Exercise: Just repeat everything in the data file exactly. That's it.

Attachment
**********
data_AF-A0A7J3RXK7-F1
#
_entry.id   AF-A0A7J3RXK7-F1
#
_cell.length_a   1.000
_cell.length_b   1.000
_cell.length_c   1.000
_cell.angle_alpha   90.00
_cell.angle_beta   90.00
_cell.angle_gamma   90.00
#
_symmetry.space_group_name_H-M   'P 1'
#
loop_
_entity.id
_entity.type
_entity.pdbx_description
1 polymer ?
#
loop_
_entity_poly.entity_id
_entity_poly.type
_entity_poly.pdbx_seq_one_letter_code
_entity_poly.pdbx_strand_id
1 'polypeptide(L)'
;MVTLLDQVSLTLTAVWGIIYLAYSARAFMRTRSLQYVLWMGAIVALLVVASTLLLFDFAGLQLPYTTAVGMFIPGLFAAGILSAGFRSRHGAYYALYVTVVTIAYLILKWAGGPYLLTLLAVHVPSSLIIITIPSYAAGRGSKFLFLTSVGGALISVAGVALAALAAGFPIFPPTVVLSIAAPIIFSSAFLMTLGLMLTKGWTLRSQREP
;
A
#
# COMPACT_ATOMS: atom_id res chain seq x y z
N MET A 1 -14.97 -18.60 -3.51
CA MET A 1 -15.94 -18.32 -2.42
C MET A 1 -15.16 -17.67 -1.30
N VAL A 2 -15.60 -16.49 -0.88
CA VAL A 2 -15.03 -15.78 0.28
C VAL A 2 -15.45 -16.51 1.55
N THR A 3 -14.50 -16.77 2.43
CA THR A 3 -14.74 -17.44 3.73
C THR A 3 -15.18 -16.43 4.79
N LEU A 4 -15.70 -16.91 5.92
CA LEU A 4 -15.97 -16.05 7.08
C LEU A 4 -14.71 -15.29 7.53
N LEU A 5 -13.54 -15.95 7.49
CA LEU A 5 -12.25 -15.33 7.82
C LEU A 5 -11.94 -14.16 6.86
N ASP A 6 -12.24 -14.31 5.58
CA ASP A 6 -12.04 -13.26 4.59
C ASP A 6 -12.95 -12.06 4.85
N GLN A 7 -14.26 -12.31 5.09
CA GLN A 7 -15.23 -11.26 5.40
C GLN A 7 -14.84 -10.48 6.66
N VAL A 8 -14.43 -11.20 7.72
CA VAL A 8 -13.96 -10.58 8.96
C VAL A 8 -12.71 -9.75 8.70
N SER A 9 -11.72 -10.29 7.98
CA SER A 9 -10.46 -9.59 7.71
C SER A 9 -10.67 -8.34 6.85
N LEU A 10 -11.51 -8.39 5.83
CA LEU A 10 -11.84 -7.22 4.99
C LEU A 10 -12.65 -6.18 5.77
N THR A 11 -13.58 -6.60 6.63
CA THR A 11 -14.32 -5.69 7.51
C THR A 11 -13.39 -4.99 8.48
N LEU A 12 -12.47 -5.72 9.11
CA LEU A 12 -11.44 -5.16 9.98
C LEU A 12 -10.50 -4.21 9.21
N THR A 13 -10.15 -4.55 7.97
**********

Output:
data_AF-A0A7J3RXK7-F1
#
_entry.id   AF-A0A7J3RXK7-F1
#
_cell.length_a   1.000
_cell.length_b   1.000
_cell.length_c   1.000
_cell.angle_alpha   90.00
_cell.angle_beta   90.00
_cell.angle_gamma   90.00
#
_symmetry.space_group_name_H-M   'P 1'
#
loop_
_entity.id
_entity.type
_entity.pdbx_description
1 polymer ?
#
loop_
_entity_poly.entity_id
_entity_poly.type
_entity_poly.pdbx_seq_one_letter_code
_entity_poly.pdbx_strand_id
1 'polypeptide(L)'
;MVTLLDQVSLTLTAVWGIIYLAYSARAFMRTRSLQYVLWMGAIVALLVVASTLLLFDFAGLQLPYTTAVGMFIPGLFAAGILSAGFRSRHGAYYALYVTVVTIAYLILKWAGGPYLLTLLAVHVPSSLIIITIPSYAAGRGSKFLFLTSVGGALISVAGVALAALAAGFPIFPPTVVLSIAAPIIFSSAFLMTLGLMLTKGWTLRSQREP
;
A
#
# COMPACT_ATOMS: atom_id res chain seq x y z
N MET A 1 -14.97 -18.60 -3.51
CA MET A 1 -15.94 -18.32 -2.42
C MET A 1 -15.16 -17.67 -1.30
N VAL A 2 -15.60 -16.49 -0.88
CA VAL A 2 -15.03 -15.78 0.28
C VAL A 2 -15.45 -16.51 1.55
N THR A 3 -14.50 -16.77 2.43
CA THR A 3 -14.74 -17.44 3.73
C THR A 3 -15.18 -16.43 4.79
N LEU A 4 -15.70 -16.91 5.92
CA LEU A 4 -15.97 -16.05 7.08
C LEU A 4 -14.71 -15.29 7.53
N LEU A 5 -13.54 -15.95 7.49
CA LEU A 5 -12.25 -15.33 7.82
C LEU A 5 -11.94 -14.16 6.86
N ASP A 6 -12.24 -14.31 5.58
CA ASP A 6 -12.04 -13.26 4.59
C ASP A 6 -12.95 -12.06 4.85
N GLN A 7 -14.26 -12.31 5.09
CA GLN A 7 -15.23 -11.26 5.40
C GLN A 7 -14.84 -10.48 6.66
N VAL A 8 -14.43 -11.20 7.72
CA VAL A 8 -13.96 -10.58 8.96
C VAL A 8 -12.71 -9.75 8.70
N SER A 9 -11.72 -10.29 7.98
CA SER A 9 -10.46 -9.59 7.71
C SER A 9 -10.67 -8.34 6.85
N LEU A 10 -11.51 -8.39 5.83
CA LEU A 10 -11.84 -7.22 4.99
C LEU A 10 -12.65 -6.18 5.77
N THR A 11 -13.58 -6.60 6.63
CA THR A 11 -14.32 -5.69 7.51
C THR A 11 -13.39 -4.99 8.48
N LEU A 12 -12.47 -5.72 9.11
CA LEU A 12 -11.44 -5.16 9.98
C LEU A 12 -10.50 -4.21 9.21
N THR A 13 -10.15 -4.55 7.97